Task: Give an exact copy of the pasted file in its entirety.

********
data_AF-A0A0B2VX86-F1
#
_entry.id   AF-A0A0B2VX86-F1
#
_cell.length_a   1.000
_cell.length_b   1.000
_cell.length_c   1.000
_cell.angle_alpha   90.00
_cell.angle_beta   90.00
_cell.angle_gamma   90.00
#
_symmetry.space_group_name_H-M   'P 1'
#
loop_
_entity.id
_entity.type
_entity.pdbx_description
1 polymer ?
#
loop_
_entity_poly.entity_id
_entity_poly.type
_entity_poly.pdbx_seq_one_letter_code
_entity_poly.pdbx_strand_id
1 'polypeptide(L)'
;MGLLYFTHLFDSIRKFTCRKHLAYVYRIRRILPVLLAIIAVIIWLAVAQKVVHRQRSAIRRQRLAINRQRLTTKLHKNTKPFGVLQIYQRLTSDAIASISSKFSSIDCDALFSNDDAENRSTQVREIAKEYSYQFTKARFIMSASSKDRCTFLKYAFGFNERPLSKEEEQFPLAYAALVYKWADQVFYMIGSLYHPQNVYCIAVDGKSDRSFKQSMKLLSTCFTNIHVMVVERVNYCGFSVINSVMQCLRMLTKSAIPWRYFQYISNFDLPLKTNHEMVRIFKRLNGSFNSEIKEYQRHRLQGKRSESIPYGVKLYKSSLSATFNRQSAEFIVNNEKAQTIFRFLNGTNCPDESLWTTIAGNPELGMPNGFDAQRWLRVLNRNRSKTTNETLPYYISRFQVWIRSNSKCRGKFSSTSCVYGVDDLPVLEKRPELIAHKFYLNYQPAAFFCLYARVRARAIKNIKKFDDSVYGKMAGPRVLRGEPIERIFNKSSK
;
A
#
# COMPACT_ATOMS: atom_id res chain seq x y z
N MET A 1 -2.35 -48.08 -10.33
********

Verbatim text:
data_AF-A0A0B2VX86-F1
#
_entry.id   AF-A0A0B2VX86-F1
#
_cell.length_a   1.000
_cell.length_b   1.000
_cell.length_c   1.000
_cell.angle_alpha   90.00
_cell.angle_beta   90.00
_cell.angle_gamma   90.00
#
_symmetry.space_group_name_H-M   'P 1'
#
loop_
_entity.id
_entity.type
_entity.pdbx_description
1 polymer ?
#
loop_
_entity_poly.entity_id
_entity_poly.type
_entity_poly.pdbx_seq_one_letter_code
_entity_poly.pdbx_strand_id
1 'polypeptide(L)'
;MGLLYFTHLFDSIRKFTCRKHLAYVYRIRRILPVLLAIIAVIIWLAVAQKVVHRQRSAIRRQRLAINRQRLTTKLHKNTKPFGVLQIYQRLTSDAIASISSKFSSIDCDALFSNDDAENRSTQVREIAKEYSYQFTKARFIMSASSKDRCTFLKYAFGFNERPLSKEEEQFPLAYAALVYKWADQVFYMIGSLYHPQNVYCIAVDGKSDRSFKQSMKLLSTCFTNIHVMVVERVNYCGFSVINSVMQCLRMLTKSAIPWRYFQYISNFDLPLKTNHEMVRIFKRLNGSFNSEIKEYQRHRLQGKRSESIPYGVKLYKSSLSATFNRQSAEFIVNNEKAQTIFRFLNGTNCPDESLWTTIAGNPELGMPNGFDAQRWLRVLNRNRSKTTNETLPYYISRFQVWIRSNSKCRGKFSSTSCVYGVDDLPVLEKRPELIAHKFYLNYQPAAFFCLYARVRARAIKNIKKFDDSVYGKMAGPRVLRGEPIERIFNKSSK
;
A
#
# COMPACT_ATOMS: atom_id res chain seq x y z
N MET A 1 -2.35 -48.08 -10.33